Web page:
As of this writing, I have no idea how to create AI-generated content. I’m uncharacteristically not curious about learning how. Uncharacteristic, because normally new tech makes my inner nerd all giddy. This tech, when applied to writing at least, makes my inner ethicist want to vomit. I am trying to be balanced. I am often wrong about things.
Koyper squirmed in his seat, looking modest. “Oh, easy. That was old spectroscopist’s trick. De Broglie’s principle.” Jim blinked at that. “Wait. Isn’t that…” Koyper continued. “Every particle, every neutron, proton, electron and every atom, it is wave, also.” He tapped his temple with his finger. “And if you sing particle wavelength, you make particle shine.” Koyper shrugged. “I was thinking of calcium so I chose calcium. Hey, Andy,” Koyper swiveled around in his seat to face Andy in the backseat. “I am glad I gave you this instrument to play. I was not sure it was good idea at first.”
Got feedback on my working titles? Alternate suggestions most welcome! I've divided my Emissary book into three standalone novels and am starting to compose query letters to literary agents. I'm trying to telegraph through my titles that my midwestern sci fi adventure story is funny-quirky (think Red Dwarf) yet not...
even members of the Door County Published Author Collective will be available to talk with visitors about their books, writing process, and paths to publication. Today’s authors include Corey Geiger, Holly Phaneuf Erskine, Jane Hensge, Sue Jarosh, Erika Nelson, JK Palmer, and Judy Ann Ritter. The Door County Published Author Collective is a group of writers who live in or have significant ties to Door County and who have published creative works, either through traditional publishing or self-publishing.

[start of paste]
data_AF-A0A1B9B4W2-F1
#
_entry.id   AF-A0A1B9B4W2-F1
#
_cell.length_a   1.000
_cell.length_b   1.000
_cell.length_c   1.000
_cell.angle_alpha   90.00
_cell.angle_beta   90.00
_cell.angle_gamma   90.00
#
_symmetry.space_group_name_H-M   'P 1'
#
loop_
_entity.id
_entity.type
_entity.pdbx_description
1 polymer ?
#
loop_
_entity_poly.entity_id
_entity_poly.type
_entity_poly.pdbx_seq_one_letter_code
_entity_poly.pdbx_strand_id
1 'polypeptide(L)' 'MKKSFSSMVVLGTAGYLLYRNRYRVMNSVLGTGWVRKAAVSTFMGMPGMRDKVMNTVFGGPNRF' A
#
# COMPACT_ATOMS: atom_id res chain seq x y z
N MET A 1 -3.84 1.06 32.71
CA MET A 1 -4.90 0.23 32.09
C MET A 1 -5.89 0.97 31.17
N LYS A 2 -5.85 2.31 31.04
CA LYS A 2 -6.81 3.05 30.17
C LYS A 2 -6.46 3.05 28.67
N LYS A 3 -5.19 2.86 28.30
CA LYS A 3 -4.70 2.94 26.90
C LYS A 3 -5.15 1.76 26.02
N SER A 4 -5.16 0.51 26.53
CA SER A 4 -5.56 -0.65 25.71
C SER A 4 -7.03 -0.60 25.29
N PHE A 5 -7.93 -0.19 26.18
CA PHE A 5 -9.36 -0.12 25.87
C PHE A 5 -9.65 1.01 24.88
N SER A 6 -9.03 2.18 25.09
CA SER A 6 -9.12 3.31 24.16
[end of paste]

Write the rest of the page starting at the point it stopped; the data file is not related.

If you are in Door County mid June, you have at least three chances to meet my friend and editor Catherine Young. She is giving readings from her new book of eco-poetry, Geosmin. In addition to Algoma's Yardstick Books June 18th, Catherine is speaking at Write On, Door County June 15 at 4 PM and the Unitarian Universalist Fellowship of Door County at 7 PM, also on June 15th.
Why are some fictional characters boring? The prime reason why I give up reading a book is because the main character is boring. Boring characters tend to be static, unchanging. More importantly, nothing challenges a boring character. We continue turning pages if we care about characters. We love the good, yet imperfect characters. But it isn’t bad to hate a character, either. A hateful character will not stop me from reading. A boring character will stop me from reading.